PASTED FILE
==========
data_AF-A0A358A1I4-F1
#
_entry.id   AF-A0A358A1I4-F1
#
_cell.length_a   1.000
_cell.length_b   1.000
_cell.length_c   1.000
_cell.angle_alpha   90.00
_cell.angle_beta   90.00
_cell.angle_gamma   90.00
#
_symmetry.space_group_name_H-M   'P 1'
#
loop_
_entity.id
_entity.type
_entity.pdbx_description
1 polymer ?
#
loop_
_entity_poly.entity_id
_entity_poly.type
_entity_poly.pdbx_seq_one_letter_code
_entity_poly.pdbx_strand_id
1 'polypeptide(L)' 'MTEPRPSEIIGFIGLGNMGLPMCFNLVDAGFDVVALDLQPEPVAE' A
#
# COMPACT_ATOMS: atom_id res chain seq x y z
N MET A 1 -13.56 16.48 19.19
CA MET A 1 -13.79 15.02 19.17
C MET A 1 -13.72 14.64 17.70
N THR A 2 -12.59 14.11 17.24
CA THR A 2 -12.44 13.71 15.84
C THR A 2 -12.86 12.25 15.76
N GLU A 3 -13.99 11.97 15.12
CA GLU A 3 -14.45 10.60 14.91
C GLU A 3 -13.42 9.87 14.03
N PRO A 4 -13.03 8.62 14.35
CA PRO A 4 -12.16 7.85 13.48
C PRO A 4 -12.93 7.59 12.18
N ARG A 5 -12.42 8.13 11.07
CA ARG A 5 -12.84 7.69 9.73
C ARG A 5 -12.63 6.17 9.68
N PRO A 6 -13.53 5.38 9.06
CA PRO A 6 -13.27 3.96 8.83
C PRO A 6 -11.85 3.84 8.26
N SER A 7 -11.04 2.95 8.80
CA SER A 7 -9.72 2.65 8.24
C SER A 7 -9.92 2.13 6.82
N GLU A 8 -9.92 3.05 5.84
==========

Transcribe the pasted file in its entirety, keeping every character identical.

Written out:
data_AF-A0A358A1I4-F1
#
_entry.id   AF-A0A358A1I4-F1
#
_cell.length_a   1.000
_cell.length_b   1.000
_cell.length_c   1.000
_cell.angle_alpha   90.00
_cell.angle_beta   90.00
_cell.angle_gamma   90.00
#
_symmetry.space_group_name_H-M   'P 1'
#
loop_
_entity.id
_entity.type
_entity.pdbx_description
1 polymer ?
#
loop_
_entity_poly.entity_id
_entity_poly.type
_entity_poly.pdbx_seq_one_letter_code
_entity_poly.pdbx_strand_id
1 'polypeptide(L)' 'MTEPRPSEIIGFIGLGNMGLPMCFNLVDAGFDVVALDLQPEPVAE' A
#
# COMPACT_ATOMS: atom_id res chain seq x y z
N MET A 1 -13.56 16.48 19.19
CA MET A 1 -13.79 15.02 19.17
C MET A 1 -13.72 14.64 17.70
N THR A 2 -12.59 14.11 17.24
CA THR A 2 -12.44 13.71 15.84
C THR A 2 -12.86 12.25 15.76
N GLU A 3 -13.99 11.97 15.12
CA GLU A 3 -14.45 10.60 14.91
C GLU A 3 -13.42 9.87 14.03
N PRO A 4 -13.03 8.62 14.35
CA PRO A 4 -12.16 7.85 13.48
C PRO A 4 -12.93 7.59 12.18
N ARG A 5 -12.42 8.13 11.07
CA ARG A 5 -12.84 7.69 9.73
C ARG A 5 -12.63 6.17 9.68
N PRO A 6 -13.53 5.38 9.06
CA PRO A 6 -13.27 3.96 8.83
C PRO A 6 -11.85 3.84 8.26
N SER A 7 -11.04 2.95 8.80
CA SER A 7 -9.72 2.65 8.24
C SER A 7 -9.92 2.13 6.82
N GLU A 8 -9.92 3.05 5.84